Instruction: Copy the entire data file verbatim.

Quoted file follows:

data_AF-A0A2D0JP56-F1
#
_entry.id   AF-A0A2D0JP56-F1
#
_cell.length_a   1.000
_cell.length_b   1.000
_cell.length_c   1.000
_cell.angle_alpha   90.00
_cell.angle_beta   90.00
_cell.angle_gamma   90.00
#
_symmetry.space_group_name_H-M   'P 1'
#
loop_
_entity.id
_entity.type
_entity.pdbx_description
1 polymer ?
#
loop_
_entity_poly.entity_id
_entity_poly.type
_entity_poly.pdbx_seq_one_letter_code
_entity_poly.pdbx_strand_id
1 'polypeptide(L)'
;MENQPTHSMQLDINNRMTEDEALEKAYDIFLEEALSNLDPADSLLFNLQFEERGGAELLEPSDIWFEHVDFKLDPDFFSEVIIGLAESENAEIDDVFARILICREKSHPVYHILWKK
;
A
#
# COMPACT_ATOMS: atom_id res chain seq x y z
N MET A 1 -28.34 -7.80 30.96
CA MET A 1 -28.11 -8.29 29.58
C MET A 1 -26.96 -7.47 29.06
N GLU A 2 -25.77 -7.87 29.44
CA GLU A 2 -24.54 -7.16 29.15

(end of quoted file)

data_AF-A0A2D0JP56-F1
#
_entry.id   AF-A0A2D0JP56-F1
#
_cell.length_a   1.000
_cell.length_b   1.000
_cell.length_c   1.000
_cell.angle_alpha   90.00
_cell.angle_beta   90.00
_cell.angle_gamma   90.00
#
_symmetry.space_group_name_H-M   'P 1'
#
loop_
_entity.id
_entity.type
_entity.pdbx_description
1 polymer ?
#
loop_
_entity_poly.entity_id
_entity_poly.type
_entity_poly.pdbx_seq_one_letter_code
_entity_poly.pdbx_strand_id
1 'polypeptide(L)'
;MENQPTHSMQLDINNRMTEDEALEKAYDIFLEEALSNLDPADSLLFNLQFEERGGAELLEPSDIWFEHVDFKLDPDFFSEVIIGLAESENAEIDDVFARILICREKSHPVYHILWKK
;
A
#
# COMPACT_ATOMS: atom_id res chain seq x y z
N MET A 1 -28.34 -7.80 30.96
CA MET A 1 -28.11 -8.29 29.58
C MET A 1 -26.96 -7.47 29.06
N GLU A 2 -25.77 -7.87 29.44
CA GLU A 2 -24.54 -7.16 29.15